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Jyrki Nummi

Jyrki Tapio Nummi
Born February 9, 1953, Helsinki

Master of Arts 1980, Licentiate 1985, PhD 1993 (comparative literature and aesthetics), University of Helsinki

Professor of Finnish Literature 2003–, University of Helsinki
Research Fellow, 1999, 2000-03, Academy of Finland
Lecturer in Finnish Language 1989–2003, Helsinki Institute of Technology
Visiting professor of Finnish language and literature 1987–88, Indiana University

Research themes:
(Historical) poetics, the study of the canon, modernism and genre, research on the works of, inter alia, Väinö Linna, Aleksis Kivi and Juhani Aho

Publications, projects and other academic activity

Research and development projects:
Critical Editions of the Works of Aleksis Kivi (2010–)
Suomalainen klassikkokirjasto ( ‘Library of Finnish classics’) – electronic infrastructure (2010–)

Annual award of students of Finnish literature: “Blunder of the year in a lecture,” 2011

Written by  Jyrki Nummi (Kaija Hartikainen, ed.)
Photo: Sasa Tkalcan
Translated by Matthew Billington

Scholar of a cornerstone of Finnish literature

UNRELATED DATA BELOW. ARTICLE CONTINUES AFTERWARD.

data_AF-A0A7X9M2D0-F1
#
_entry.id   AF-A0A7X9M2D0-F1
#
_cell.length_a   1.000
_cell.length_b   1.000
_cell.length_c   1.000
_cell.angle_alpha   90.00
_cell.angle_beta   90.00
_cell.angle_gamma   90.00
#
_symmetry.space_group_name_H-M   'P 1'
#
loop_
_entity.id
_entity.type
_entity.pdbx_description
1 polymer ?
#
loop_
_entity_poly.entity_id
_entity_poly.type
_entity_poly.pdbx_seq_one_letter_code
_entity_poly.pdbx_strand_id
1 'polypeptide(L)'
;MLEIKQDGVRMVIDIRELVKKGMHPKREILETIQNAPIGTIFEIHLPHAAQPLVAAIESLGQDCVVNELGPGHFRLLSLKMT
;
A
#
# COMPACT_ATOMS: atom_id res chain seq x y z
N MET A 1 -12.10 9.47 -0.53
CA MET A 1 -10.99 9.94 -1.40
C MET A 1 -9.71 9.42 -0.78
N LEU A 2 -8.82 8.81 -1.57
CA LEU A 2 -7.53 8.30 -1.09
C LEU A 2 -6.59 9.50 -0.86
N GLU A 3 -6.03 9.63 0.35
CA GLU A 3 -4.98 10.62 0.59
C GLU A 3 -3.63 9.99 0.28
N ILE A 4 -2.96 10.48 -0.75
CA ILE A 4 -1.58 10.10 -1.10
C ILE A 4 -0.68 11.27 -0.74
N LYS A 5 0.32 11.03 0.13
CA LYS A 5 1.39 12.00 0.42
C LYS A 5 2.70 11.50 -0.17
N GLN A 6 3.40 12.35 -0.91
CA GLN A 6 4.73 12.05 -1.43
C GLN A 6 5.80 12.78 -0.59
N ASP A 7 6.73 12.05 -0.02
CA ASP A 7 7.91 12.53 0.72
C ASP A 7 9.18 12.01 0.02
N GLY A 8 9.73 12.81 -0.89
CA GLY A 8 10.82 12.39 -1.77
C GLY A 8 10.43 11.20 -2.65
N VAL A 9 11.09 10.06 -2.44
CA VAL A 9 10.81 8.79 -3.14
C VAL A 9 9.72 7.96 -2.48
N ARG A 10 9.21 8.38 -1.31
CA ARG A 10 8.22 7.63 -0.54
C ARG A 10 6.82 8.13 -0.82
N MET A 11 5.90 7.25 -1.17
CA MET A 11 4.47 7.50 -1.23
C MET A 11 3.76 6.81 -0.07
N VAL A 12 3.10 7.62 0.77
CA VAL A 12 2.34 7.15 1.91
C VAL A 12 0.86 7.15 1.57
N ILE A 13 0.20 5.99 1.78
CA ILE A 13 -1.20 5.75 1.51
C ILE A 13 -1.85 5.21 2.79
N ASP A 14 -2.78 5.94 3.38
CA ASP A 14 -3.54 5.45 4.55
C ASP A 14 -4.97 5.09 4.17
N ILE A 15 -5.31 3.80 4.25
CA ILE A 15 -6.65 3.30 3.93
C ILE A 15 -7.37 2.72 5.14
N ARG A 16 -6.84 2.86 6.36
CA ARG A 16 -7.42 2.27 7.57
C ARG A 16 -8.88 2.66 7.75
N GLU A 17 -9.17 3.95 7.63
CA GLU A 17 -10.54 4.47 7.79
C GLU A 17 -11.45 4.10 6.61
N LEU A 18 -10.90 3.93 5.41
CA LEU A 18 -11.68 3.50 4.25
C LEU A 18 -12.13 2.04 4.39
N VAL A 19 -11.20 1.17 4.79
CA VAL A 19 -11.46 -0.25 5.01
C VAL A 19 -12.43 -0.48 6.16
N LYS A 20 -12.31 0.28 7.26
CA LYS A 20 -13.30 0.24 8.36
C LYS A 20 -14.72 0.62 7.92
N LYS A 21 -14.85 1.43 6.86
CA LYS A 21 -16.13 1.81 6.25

Jyrki Nummi, Professor of Finnish literature, has researched the prose, lyrical poetry and drama of Aleksi Kivi as part of the birth of Finnish literature in the 19th century. In this process, where Finnish literature was consciously created according to the model of great literary traditions and classics, Kivi’s works offer a multifaceted research area. Kivi familiarised himself with world literature, Homer, Dante, Shakespeare and Cervantes in their Swedish translations. He had a good knowledge of the classics of antiquity and the renaissance and an intimate knowledge of the Bible and the psalms, and he incorporated traditions both small and large into his work. At the beginning of the 20th century, Viljo Tarkiainen already investigated the writer’s inspirations and models. Tarkianen’s background was nevertheless in positivist source-based research, and he failed to progress from authenticating the works to an analysis of the results of the creative process of integration. In contrast, modern research is interested, for instance, in how biblical quotes offer a limitless source of comedy throughout Kivi’s entire literary production, how the multiple plots of renaissance comedy are built into Nummisuutarit (Heath Cobblers), how classical symposium literature shapes the dialogical structures in Seven Brothers or how the symmetry and predimental nature of Homeric epic poetry is manifested in Seven Brothers.

There have also been changes in how Kivi himself is viewed. The picture of a bruised, downtrodden and misunderstood poet was an important symbol of identity for turn-of-the-century artists and later for the Finnish speaking academic elite of the newly independent country. There is no longer a demand for this picture, and the image of an unlearned, natural genius has given way to that of a determined, professional writer well aware of his ability.

Photo: Sasa Tkalcan


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